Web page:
It’s no slouch, then, but emphatically not a sports saloon. The power-assisted steering is effortlessly light and gives you plenty of time to correct things if your heavy right foot puts the Viscount seriously out of shape, but Vauxhall set it up for outside lane cruising, not mid-corner involvement and immediate feedback. The same goes for the suspension, which seems to have been engineered for exactly the same amount of soft springiness you get from the seats. The resultant waterbed ride will lull you up and down endless motorways for hours on end, but try chucking it at a Welsh mountain road and it would go all to pieces.
Learning that the Viscount is no finely-honed driver’s machine probably comes as no surprise, but discovering that this big, sumptuous saloon has a deliciously naughty side to it means that it’s impossible not to fall in love with it.
The Viscount is an easygoing companion, but whether you’ll enjoy it every day depends entirely on where you live and what sort of roads you frequent. The two-speed automatic takes all the strain out of stop-start urban traffic and there’s easily enough room for your family and a week’s worth of shopping, but the PC’s sheer size means that tight urban parking spaces aren’t its speciality. You’ll also have to live with mpg in the low twenties if you’re using it around town, too.
LOOKING AFTER IT
The big 3.3-litre straight-six sits easily beneath the Viscount’s vast bonnet, so there’s plenty of room to access components when it comes to servicing. It’s not a particularly complicated unit and there are no engine management systems to contend with, so anyone with a well-stocked toolkit should be able to tackle simple repairs and routine maintenance at home. Plenty of parts are shared with other Vauxhalls (and Bedford commercial vehicles) from the time, so mechanical components aren’t too difficult to get hold of.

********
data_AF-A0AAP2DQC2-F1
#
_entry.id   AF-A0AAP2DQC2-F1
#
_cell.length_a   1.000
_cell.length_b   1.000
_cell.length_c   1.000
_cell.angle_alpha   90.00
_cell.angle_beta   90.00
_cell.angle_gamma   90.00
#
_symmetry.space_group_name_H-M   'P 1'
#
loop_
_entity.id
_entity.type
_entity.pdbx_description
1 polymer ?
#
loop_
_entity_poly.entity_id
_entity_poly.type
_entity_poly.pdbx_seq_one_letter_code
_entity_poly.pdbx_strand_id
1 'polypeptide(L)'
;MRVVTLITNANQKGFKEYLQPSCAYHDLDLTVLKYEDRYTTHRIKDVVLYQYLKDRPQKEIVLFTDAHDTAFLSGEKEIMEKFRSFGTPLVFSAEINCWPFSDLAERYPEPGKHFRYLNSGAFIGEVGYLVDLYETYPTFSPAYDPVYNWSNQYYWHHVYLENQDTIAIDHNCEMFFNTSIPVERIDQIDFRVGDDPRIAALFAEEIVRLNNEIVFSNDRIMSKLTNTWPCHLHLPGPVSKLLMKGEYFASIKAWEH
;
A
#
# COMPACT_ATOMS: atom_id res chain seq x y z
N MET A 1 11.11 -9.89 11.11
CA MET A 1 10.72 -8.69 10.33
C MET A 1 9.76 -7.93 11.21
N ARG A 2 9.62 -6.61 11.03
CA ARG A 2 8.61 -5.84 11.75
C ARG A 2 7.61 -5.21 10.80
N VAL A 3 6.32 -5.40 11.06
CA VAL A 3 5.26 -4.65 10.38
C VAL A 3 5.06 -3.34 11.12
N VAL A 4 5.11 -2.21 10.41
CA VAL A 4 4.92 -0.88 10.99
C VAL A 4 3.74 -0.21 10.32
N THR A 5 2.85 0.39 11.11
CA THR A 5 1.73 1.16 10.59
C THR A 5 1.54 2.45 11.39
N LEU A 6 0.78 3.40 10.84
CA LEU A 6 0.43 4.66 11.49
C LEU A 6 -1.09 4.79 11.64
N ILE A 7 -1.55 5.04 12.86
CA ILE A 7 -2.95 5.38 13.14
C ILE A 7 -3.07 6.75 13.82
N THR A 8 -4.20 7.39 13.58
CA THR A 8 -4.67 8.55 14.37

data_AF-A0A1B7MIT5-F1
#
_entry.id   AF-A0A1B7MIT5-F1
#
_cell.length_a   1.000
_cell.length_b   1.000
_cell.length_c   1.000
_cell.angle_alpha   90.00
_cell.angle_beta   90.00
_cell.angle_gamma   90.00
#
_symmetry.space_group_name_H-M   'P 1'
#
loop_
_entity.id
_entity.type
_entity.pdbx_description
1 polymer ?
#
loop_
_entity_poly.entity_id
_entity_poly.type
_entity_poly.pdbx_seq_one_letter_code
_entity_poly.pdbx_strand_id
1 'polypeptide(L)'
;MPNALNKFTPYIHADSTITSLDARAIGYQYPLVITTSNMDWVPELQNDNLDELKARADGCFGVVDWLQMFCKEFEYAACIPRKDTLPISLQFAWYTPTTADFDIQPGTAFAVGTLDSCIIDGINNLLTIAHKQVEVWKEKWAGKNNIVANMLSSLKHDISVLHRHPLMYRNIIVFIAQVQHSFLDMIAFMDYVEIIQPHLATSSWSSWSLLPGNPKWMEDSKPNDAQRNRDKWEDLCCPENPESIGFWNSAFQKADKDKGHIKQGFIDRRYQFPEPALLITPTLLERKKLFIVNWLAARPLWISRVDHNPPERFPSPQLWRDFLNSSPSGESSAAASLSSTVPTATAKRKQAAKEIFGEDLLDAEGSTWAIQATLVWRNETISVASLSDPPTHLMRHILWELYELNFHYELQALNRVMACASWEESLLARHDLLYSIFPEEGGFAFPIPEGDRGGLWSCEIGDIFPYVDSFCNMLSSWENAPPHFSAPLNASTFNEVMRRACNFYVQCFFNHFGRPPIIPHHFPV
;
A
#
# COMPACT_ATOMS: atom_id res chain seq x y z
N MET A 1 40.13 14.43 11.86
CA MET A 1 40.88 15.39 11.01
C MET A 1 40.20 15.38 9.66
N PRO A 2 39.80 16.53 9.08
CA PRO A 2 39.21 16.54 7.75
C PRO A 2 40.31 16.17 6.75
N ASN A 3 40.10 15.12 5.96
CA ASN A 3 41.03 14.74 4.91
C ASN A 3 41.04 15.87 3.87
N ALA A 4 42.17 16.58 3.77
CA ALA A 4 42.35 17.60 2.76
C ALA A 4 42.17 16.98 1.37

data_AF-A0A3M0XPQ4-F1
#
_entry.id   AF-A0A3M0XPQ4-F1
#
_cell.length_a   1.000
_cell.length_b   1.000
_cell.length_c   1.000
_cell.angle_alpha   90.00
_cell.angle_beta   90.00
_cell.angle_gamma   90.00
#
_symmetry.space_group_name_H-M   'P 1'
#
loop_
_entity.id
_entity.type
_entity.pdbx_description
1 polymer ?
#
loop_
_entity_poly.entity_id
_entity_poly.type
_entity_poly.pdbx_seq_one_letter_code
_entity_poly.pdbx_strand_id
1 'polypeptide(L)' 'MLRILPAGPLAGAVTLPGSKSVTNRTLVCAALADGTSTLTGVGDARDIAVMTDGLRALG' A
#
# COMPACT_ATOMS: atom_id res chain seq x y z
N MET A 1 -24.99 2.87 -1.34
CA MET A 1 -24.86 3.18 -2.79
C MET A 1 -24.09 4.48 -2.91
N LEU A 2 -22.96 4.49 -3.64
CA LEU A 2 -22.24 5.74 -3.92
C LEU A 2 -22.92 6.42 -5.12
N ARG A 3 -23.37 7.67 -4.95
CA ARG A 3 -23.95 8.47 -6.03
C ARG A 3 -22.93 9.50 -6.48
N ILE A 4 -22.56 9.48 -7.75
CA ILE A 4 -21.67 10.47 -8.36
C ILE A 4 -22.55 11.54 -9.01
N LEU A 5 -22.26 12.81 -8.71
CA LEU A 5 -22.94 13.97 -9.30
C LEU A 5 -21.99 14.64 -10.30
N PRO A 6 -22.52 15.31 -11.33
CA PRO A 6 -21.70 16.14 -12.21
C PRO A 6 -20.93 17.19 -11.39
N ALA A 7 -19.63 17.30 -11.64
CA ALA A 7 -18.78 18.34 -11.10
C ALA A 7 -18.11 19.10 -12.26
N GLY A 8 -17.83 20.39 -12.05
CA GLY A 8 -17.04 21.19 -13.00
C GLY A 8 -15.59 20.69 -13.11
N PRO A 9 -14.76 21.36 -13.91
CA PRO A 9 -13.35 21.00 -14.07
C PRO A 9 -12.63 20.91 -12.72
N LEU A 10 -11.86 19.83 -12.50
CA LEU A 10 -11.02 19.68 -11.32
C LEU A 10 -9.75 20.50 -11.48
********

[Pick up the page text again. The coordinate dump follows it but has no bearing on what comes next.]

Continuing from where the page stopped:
ON THE SHOW CIRCUIT
Events to watch out for include the Vauxhall Bedford Opel Association’s National Rally, which is the nation’s biggest show for devotees of Luton’s finest. It’ll also be welcomed into most of the nation’s classic shows on account of its age, but don’t expect a band of curious showgoers to immediately greet you as soon as you park up. The Viscount’s slow-burning appeal means that it won’t grab everyone’s attention – but those who do gravitate to it tend to really love Luton’s big saloons.
THE LONG WEEKEND
This is definitely the Trial where you’ll enjoy the Viscount’s star qualities the most. The 3.3-litre straight-six, with its low-down torque delivery, is a gem of an engine that thrives on long motorway journeys. The pliant suspension, soft seats and plush interior make it a relaxing companion if you’re thinking of heading to the Highlands or the West Country – and there’s plenty of room in the boot for a couple of large suitcases.
ON THE B-ROADS
The Viscount will happily kick its tail out of line if you press your foot hard down and bring the kickdown on the two-speed auto into play, but the grin factor comes from the low-down torque delivery rather than it being a composed ground coverer. Chuck one into a corner too energetically and the light steering, soft suspension and the PC’s sheer girth won’t be on your side, so you might as well relax and let the car do all the work. It’s very American in this respect – imposing and big fun, but best enjoyed in a straight line.